Fall signals the beginning of a new school year a time full of promise and opportunities. As I consider the next legislative session, I feel that same sense of optimism.
As a former teacher, I welcomed the opportunity to serve on the House Education Committee during the last session. When the session ended, I continued to explore some of the education options presented to the committee. By summer I had narrowed my focus and was meeting with stakeholders about the idea of introducing legislation in the next session. The result: a bill to develop a preschool pilot program in Idaho.
Preschool programs are not a new idea, but they are gaining new supporters in some unlikely places. Oklahoma, hardly a proponent of big government initiatives, has implemented one of the most extensive preschool programs in the nation. The program is offered in 99 percent of the states public school districts. If enrollment is any measure of public support, participation by 74 percent of 4-year-olds leaves little doubt where most Oklahomans stand on preschool education.
The reason for that support is simple: It pays big dividends. National studies show that for every $1 invested in quality preschool programs, there is a return of from $3.50 to $17 in economic value. Thats impressive by any calculation.
In a recent opinion piece in The New York Times titled Capitalists for Preschool, John E. Pepper Jr. and James M. Zimmerman presented their business case for quality preschool. Pepper, a former chairman and chief executive of Procter & Gamble, and Zimmerman, a former chairman and chief executive of Macys, wrote, Our greatest deficit in this country the one that most threatens our future as a nation is our education deficit, not our fiscal one. Their message was crystal clear: If there ever was a nonpartisan issue, this is it.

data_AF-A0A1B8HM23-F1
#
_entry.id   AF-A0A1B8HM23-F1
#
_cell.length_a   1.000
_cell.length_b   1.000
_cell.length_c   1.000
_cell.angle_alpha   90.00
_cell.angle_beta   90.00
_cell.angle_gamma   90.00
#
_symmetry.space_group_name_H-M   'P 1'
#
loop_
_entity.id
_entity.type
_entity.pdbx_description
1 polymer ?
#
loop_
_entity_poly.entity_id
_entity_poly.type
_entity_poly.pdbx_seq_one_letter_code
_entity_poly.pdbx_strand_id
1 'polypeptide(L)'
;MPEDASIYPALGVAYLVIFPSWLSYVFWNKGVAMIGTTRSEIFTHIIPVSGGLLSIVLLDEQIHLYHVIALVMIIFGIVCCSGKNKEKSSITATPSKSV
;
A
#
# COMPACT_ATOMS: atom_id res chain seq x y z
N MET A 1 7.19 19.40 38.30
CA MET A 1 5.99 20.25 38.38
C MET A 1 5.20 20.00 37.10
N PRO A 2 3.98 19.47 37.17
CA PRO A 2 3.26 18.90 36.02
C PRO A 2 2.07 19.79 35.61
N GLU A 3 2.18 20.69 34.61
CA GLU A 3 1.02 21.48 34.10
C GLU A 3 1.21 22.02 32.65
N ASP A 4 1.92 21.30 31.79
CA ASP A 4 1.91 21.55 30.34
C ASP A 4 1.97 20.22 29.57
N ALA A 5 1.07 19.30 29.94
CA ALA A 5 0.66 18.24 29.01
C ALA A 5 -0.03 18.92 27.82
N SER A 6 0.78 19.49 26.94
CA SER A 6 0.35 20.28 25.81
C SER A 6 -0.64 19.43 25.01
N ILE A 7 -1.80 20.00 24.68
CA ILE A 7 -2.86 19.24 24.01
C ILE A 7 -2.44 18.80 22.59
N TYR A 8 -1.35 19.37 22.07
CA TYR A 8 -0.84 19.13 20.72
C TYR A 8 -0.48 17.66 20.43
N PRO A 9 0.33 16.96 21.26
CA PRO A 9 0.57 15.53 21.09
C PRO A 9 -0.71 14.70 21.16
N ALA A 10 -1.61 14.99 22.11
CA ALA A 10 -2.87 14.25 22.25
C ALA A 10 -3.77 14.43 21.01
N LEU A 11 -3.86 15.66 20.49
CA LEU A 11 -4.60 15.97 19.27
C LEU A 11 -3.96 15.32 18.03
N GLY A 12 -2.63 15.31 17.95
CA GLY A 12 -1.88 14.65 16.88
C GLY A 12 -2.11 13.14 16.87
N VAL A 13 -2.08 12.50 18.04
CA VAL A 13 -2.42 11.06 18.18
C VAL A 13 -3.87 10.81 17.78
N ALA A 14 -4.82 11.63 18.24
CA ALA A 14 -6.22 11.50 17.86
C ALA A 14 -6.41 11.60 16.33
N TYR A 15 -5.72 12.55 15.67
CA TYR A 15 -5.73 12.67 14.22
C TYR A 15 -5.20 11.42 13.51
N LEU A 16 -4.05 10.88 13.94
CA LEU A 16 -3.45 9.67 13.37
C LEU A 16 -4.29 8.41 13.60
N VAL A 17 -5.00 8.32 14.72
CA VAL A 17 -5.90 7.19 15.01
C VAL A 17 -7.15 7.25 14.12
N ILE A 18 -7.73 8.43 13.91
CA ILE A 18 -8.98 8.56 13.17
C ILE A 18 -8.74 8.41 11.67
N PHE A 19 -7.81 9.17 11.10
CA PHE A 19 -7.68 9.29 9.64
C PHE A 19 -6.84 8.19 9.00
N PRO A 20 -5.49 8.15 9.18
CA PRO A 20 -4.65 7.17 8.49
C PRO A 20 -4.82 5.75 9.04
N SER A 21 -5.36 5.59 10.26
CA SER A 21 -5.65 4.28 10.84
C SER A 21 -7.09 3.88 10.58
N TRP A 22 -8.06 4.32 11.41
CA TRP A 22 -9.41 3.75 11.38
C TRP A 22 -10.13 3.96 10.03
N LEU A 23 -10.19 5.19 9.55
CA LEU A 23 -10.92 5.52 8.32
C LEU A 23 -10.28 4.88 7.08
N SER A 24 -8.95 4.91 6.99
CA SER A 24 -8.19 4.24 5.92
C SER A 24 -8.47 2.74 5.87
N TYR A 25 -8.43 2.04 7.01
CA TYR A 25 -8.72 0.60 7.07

More important than the dollars and cents are the social benefits. Preschool programs level the playing field for children from disadvantaged backgrounds. Studies indicate that those who participate in quality preschool programs not only end up earning up to $2,000 more per month than their peers who didnt, but also are more likely to stay within the law, graduate from high school, own homes, and have longer marriages. These are the very things that strengthen the social fabric of our communities.
The pilot I am proposing would run for three years enough time to evaluate the programs effectiveness. Funding would come from a public/private partnership, possibly involving foundations and business organizations committed to Idahos success. While all school districts and charter schools in the state would be eligible for consideration, the state education department would select the schools for the actual pilot.
Preschool bills have been introduced in Idaho in the past. Every one of them has failed. However, with the governors task force on educations recommendations being implemented, and sufficient public and legislative support, I believe this time we can make the grade. A better education for our children will mean a brighter future for all Idahoans.
Hy Kloc represents District 16, Idaho House of Representatives.